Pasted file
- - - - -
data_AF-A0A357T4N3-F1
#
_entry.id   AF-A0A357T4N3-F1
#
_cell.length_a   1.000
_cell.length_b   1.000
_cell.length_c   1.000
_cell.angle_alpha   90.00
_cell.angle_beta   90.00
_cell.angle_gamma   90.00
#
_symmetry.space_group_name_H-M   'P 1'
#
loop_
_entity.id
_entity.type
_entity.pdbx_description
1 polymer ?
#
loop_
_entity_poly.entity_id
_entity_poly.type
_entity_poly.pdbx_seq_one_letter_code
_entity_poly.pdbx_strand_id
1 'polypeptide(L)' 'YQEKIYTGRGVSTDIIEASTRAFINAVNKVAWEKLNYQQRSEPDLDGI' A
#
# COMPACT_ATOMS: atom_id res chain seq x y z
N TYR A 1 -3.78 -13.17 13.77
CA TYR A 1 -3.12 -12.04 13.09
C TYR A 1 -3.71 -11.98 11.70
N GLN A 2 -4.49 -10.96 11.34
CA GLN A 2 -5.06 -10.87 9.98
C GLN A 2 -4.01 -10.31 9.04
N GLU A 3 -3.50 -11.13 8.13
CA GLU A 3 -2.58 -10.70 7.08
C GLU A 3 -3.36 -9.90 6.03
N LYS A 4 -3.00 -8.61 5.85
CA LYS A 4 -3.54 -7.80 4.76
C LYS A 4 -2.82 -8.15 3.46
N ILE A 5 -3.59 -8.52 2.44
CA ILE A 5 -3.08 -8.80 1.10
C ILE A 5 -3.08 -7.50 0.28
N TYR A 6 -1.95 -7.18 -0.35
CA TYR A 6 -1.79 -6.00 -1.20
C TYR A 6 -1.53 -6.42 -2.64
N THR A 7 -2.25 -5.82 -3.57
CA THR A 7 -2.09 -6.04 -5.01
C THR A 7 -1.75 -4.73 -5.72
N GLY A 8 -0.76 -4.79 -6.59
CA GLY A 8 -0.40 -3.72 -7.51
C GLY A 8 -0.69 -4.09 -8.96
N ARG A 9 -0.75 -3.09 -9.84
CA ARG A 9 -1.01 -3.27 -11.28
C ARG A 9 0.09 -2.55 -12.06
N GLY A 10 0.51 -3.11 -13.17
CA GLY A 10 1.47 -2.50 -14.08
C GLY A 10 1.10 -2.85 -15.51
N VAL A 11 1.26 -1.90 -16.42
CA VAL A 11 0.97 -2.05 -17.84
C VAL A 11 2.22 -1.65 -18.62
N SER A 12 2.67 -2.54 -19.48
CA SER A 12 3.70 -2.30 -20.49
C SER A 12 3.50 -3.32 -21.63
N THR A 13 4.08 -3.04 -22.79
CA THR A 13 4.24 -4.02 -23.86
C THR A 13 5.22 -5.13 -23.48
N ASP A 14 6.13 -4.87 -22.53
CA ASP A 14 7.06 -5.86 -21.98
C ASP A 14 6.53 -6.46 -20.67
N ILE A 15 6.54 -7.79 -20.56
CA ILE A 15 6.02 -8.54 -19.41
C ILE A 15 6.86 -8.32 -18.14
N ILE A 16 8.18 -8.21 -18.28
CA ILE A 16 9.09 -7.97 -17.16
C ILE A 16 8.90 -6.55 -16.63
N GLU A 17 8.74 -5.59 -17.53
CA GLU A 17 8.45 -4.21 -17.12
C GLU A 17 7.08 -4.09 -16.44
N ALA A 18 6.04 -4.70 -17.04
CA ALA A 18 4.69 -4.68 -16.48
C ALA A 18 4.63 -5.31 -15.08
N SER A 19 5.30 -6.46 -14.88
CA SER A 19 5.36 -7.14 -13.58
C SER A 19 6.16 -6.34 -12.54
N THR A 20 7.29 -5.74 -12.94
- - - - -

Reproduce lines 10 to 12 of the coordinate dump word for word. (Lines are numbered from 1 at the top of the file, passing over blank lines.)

_cell.angle_gamma   90.00
#
_symmetry.space_group_name_H-M   'P 1'